The structural details of the illustrated circuit blocks are described hereinafter by reference to circuit components and logic functions having implementations which are well known in various modifications of those skilled in the art of digital communications and data processing. Consequently, there is no need for burdening the present description with detailed logic diagrams and a recitation of their construction and operation.

For the moment, it will be assumed that the input to the synthesizer comprises a series of pulses from a given source at a constant rate In order to produce the desired interleaved pulse trains, the rate generator 10 may comprise a string of binary divider stages connected to form a ripple counter and a logic circuit coupled to the outputs of the divider stages for generating, in response to the input pulses, a plurality of interleaved pulse trains having respective rates of f/2, f/4, f/ 8 f/2 where n is the number of divider stages forming the ripple counter. FIG. 2a shows the waveforms of interleaved pulse trains f/Z through f/ 32 referenced to the input pulse train 7.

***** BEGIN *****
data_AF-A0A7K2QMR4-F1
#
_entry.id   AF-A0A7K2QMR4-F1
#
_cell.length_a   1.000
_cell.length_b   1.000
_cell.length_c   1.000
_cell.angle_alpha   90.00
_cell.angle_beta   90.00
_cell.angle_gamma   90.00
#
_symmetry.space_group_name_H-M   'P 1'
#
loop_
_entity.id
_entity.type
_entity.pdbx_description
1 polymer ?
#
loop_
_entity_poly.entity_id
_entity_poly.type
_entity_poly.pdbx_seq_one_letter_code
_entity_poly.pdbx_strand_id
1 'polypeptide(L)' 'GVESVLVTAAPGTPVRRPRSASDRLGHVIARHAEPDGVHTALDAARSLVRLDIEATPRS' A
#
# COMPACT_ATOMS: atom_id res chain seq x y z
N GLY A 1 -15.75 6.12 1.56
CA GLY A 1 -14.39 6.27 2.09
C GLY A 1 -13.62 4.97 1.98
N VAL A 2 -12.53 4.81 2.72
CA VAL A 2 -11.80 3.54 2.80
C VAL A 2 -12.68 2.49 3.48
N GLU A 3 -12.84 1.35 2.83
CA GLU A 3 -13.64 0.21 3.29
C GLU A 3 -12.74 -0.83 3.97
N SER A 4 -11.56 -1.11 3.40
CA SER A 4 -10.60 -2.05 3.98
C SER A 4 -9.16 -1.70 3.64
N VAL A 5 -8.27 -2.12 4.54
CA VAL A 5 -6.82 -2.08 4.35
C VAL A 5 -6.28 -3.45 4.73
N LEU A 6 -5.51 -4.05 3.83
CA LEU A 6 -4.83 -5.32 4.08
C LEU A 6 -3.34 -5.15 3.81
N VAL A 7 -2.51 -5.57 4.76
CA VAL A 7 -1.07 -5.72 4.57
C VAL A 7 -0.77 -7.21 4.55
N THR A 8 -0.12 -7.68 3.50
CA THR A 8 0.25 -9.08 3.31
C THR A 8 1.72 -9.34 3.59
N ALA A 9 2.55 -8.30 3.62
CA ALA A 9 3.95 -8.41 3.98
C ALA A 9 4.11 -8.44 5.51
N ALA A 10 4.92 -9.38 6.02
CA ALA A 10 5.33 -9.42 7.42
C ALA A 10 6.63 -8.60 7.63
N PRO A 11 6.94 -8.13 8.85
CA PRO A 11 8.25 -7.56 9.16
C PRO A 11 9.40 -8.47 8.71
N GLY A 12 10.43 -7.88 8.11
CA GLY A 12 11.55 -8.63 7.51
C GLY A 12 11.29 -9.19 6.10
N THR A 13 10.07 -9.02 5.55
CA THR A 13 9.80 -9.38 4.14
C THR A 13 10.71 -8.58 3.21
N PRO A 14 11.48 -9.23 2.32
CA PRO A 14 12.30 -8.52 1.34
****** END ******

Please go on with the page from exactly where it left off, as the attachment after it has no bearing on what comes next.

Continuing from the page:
The rate combiners 12 may consist of a set of NOR gates which collect selected output pulse trains from the rate generator and combine them to form composite pulse trains having the precise rates required for generation of the different slopes of the desired function. The resolution to which these slopes may be specified is determined by the number of stages in the rate generator divider; e.g., with n stages, all rates of the form where a or 1, are available. For example, referring to FIG. 2b, the composite rate The waveforms in FIGS. 2a and 2b clearly illustrate that the pulse trains applied to the rate combiners must be interleaved so that any or all of them can be combined Without any overlapping pulses.